Three days later Gérard Depardieu became an official Russian resident, thereby establishing a new way to escape France’s hefty taxes. The actor’s new permanent address? 1 Democracy Street.
Meanwhile Jean-G beavered away, negotiating our way up the chain of administrative command. He tested every avenue for the best result, including the possibility (which he went on to prove) that the government had overestimated Bellevue’s floor space – and therefore our tax base – by more than 50 square meters. All the while, our case escalated.
One day, Philippe was talking business on the phone with his buddy Matthieu, a banker in Paris. My husband mentioned our ordeal. Soon, he said, he was coming to Matthieu’s native land to meet with the Directeur Général of the Côte d’Azur’s ISF bureaucracy. This guy was basically the top dog before we brought our case before a judge.
The Parisian banker gave it to Philippe straight. We had only one hope in succeeding, he said. Philippe had to lay on his Quebecois accent good and thick.
Matthieu’s tactic had to be right. That long-lost-cousin trick already has come in handy in countless important negotiations here in the south of France – like when we’d forged an agreement with the city’s garbage collectors to start picking up our trash.
And then the big day arrived. On April 2, at 2:00 p.m. precisely, the industrious Jean-G swung into the administrative commission in Nice. His hair was disheveled, as if he’d never found time to comb it; his stocky body was pumped, fidgety even. In his hand was a thick portfolio of research, and at Jean-G’s side was the full-throttle Quebecker Philippe. The two men took seats in the Directeur Général’s office, a utilitarian space surrounded by neat rows of dossiers packed into towering bookshelves.
They presented Bellevue’s case to the skeletal, regional head of the ISF. There were concrete facts. There were interpolated figures. There was discussion. There were shrugs. There were concessions. There was more discussion. There were more shrugs. Finally, when the gap between the government and private valuations seemed irreconcilable, Jean-G submitted the ample dossier of valuation research collected by our certified appraiser with the fancy surname and connections.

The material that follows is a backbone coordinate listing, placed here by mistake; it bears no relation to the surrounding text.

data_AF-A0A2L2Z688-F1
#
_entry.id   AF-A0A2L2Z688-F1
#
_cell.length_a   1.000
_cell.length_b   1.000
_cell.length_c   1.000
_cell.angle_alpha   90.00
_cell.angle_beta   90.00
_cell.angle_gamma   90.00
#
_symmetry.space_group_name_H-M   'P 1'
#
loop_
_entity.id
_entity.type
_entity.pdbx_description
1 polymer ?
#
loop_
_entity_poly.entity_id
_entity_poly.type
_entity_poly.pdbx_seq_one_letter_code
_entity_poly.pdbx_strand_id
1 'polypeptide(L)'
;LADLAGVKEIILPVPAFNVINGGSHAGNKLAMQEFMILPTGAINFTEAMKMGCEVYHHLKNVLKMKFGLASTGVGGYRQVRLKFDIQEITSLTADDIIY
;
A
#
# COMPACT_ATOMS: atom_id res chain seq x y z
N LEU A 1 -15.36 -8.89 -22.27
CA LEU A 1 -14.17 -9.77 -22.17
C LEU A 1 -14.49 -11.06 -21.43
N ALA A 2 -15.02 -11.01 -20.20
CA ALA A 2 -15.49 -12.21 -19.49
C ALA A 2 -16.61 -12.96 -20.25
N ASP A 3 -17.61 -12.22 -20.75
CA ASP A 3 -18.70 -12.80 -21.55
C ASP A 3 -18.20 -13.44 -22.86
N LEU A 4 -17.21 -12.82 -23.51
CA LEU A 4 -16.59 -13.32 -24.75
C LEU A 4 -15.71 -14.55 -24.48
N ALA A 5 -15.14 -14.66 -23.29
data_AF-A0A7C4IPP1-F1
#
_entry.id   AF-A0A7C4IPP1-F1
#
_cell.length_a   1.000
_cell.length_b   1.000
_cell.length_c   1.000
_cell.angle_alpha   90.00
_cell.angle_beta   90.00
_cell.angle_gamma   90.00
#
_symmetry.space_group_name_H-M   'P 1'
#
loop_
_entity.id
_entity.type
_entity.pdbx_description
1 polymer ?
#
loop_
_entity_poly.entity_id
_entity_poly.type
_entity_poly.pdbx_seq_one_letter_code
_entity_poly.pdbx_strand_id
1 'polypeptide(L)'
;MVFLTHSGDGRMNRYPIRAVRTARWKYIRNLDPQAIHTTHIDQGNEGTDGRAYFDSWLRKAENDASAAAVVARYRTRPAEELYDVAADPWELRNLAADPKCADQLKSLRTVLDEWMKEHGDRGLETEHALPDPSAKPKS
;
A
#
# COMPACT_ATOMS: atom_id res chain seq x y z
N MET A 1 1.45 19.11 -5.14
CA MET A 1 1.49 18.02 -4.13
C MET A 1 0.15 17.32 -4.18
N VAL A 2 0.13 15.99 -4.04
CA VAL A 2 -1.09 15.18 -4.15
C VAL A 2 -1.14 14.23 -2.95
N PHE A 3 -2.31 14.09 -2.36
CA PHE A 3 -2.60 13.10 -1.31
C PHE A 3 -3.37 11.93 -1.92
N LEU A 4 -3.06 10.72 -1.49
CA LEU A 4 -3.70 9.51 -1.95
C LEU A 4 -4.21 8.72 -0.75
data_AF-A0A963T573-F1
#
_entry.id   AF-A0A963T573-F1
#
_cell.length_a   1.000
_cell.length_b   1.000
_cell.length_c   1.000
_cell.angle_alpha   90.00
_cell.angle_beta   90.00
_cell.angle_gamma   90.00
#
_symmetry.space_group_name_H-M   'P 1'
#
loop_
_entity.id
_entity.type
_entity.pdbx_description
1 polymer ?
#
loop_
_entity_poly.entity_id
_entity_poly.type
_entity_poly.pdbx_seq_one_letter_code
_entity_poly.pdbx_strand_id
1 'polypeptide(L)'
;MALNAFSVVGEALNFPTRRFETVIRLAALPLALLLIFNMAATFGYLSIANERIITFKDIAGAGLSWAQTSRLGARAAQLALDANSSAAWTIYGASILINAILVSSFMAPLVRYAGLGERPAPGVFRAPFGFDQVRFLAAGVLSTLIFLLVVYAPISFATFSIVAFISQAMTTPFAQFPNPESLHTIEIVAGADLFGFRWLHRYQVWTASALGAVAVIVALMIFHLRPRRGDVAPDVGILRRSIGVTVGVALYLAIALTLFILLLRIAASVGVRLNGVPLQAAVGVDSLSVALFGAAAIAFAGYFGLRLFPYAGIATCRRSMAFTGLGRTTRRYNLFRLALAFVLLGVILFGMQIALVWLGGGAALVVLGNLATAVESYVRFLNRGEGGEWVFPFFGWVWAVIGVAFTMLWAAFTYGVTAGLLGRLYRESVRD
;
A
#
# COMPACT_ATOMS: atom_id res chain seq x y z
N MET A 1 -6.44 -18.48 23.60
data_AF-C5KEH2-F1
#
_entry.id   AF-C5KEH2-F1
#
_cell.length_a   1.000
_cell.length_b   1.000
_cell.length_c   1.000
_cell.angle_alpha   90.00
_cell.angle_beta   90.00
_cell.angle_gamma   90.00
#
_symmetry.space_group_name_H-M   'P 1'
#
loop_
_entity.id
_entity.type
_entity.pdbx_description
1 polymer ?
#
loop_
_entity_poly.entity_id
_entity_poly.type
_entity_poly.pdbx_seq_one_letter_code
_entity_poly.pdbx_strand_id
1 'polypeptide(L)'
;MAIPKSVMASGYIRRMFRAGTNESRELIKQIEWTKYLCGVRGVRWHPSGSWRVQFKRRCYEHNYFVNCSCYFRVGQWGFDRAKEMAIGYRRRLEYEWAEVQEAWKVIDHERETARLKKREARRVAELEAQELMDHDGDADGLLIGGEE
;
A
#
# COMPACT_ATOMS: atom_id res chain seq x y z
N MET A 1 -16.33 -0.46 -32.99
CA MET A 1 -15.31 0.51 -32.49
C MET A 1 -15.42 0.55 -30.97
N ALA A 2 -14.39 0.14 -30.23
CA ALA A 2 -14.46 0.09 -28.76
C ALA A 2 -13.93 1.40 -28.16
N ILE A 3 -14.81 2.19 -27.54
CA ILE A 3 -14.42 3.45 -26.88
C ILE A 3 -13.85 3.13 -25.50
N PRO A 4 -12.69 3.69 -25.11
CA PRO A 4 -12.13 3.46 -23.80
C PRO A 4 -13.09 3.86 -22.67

The Directeur Général, a quintessential, eagle-nosed French bureaucrat, noted the author of the weighty report. Ah, Madame Double-Barrel, he said. Just show me the final figure.
At last, two exhaustive hours later, the meeting produced a result. Philippe emailed me over the Atlantic, were I was busily pouncing on my Mail icon at the sign of any new message.
“I’m happy with the result…” were his opening words.
I was breathless. I was relieved. I had a little party in my desk chair in Toronto. Basically put, if we started at 1 and they started at 10, we ended up around 3. This still represented a 50% increase in our annual tax charge, mind you, but it was a number we could at least live with.
The adjustments made in Nice that day were hardly won by the discovery of loopholes in France’s well-thumbed laws. No, they were delivered through effort, strategy and an appreciation of that subtle notion of French flexibilité – the same fluidity in life we confronted when negotiating Bellevue’s garbage pick-up.
Christelle, our favourite Antibes taxi driver with the outrageous spiked heels, drove Philippe back to the Côte d’Azur airport that day in early April. Talking to Christelle in her taxi is always like gossiping with your hairdresser. The discussions somehow fall outside the usual French maxims, such as the one about not discussing money. Quite probably this is because for much of the day, Christelle drives around foreigners – often the wealthy, new compatriots of the “pathetic” Mr Depardieu.
Cruising the Côte d’Azur highway to the airport, Philippe told Christelle about our ISF dramas. He told her the backstory and explained the hard-fought negotiations leading up to that April day. Finally he shared the reduced valuation that he and Jean-G and the team had just achieved for our cherished Bellevue.
That’s it?! Christelle was astounded at the final number.
Philippe agreed. Christelle was right. Angela, our long-time estate agent, also had valued our property a smidgeon higher than this end result.
No, Christelle insisted. That’s hardly what she meant. Her clients constantly beg her to let them know – a-s-a-p – if a seaside property should come up for sale in the Côte d’Azur. Christelle-the-Taxi-Driver vowed she could sell Bellevue tomorrow! And for a much higher price!